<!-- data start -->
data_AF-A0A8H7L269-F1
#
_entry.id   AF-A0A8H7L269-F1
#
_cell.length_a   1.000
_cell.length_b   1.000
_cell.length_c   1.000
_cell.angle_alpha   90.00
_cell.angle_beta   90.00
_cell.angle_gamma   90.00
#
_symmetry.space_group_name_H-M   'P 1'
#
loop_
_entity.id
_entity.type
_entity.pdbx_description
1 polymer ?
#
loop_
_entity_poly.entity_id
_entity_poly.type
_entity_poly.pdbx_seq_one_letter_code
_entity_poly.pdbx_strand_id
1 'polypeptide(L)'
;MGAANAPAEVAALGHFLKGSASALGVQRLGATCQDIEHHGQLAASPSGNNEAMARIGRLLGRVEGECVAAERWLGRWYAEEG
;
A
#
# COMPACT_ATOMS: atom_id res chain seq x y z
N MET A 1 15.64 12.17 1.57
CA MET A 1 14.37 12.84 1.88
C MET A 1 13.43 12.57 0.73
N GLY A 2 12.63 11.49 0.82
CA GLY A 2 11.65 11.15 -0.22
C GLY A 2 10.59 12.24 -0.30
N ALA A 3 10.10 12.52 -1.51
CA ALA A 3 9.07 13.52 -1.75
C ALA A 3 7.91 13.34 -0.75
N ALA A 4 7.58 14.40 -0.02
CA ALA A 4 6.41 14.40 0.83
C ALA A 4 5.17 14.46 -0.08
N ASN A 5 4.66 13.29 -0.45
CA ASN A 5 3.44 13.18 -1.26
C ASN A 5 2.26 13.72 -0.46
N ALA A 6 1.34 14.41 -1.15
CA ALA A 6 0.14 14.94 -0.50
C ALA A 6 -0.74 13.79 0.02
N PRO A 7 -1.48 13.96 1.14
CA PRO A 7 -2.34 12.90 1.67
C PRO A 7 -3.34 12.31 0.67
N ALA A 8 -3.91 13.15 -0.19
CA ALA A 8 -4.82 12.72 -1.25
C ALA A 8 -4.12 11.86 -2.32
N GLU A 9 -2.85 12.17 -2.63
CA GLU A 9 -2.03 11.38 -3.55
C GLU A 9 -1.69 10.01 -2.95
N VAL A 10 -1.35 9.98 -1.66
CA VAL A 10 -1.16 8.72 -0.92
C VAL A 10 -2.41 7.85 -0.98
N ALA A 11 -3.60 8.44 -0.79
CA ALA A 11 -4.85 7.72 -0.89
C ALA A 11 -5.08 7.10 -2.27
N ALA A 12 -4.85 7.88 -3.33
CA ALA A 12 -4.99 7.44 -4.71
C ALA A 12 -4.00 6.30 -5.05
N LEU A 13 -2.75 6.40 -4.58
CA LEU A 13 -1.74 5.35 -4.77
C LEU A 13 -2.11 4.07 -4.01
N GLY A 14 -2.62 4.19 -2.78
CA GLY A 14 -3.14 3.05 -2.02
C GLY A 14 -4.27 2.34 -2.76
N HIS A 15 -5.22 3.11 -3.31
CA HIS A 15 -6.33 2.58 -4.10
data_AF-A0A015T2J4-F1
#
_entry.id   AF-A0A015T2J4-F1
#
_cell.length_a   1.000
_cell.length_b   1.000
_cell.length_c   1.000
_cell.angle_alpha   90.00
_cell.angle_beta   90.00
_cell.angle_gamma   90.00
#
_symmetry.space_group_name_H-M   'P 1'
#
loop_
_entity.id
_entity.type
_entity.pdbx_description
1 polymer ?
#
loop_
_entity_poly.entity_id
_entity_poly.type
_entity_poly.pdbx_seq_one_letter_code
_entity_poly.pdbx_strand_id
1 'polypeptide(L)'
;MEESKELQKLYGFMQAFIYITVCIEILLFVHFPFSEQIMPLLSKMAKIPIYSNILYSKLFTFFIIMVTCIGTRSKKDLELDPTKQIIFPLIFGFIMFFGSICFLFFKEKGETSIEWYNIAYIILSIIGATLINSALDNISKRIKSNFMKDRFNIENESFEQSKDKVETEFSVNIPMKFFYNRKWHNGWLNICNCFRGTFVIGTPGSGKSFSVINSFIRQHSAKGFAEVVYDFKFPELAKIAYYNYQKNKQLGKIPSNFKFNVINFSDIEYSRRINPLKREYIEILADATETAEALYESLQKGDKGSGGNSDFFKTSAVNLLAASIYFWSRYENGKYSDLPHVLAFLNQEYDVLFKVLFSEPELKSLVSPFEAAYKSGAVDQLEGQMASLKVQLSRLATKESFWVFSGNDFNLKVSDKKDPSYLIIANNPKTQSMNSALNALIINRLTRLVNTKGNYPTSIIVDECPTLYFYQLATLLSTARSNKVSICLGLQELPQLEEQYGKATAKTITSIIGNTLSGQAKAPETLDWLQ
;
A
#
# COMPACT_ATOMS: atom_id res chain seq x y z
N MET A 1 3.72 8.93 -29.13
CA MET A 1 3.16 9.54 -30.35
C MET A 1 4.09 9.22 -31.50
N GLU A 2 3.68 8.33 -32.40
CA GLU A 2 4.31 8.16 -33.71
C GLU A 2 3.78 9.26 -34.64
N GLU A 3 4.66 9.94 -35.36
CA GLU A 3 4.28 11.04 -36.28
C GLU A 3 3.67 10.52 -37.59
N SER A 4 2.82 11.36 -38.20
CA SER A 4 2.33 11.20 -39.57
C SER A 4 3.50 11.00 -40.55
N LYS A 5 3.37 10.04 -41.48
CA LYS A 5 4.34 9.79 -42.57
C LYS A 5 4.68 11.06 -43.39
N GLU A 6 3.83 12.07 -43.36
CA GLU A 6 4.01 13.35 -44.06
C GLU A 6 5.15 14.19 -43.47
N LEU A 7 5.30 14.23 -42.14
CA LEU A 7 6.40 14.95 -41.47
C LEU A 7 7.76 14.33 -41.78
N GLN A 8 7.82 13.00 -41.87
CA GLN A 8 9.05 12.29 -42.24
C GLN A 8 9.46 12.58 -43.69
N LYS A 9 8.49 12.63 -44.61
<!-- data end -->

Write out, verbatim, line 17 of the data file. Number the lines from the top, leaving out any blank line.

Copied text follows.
_entity.pdbx_description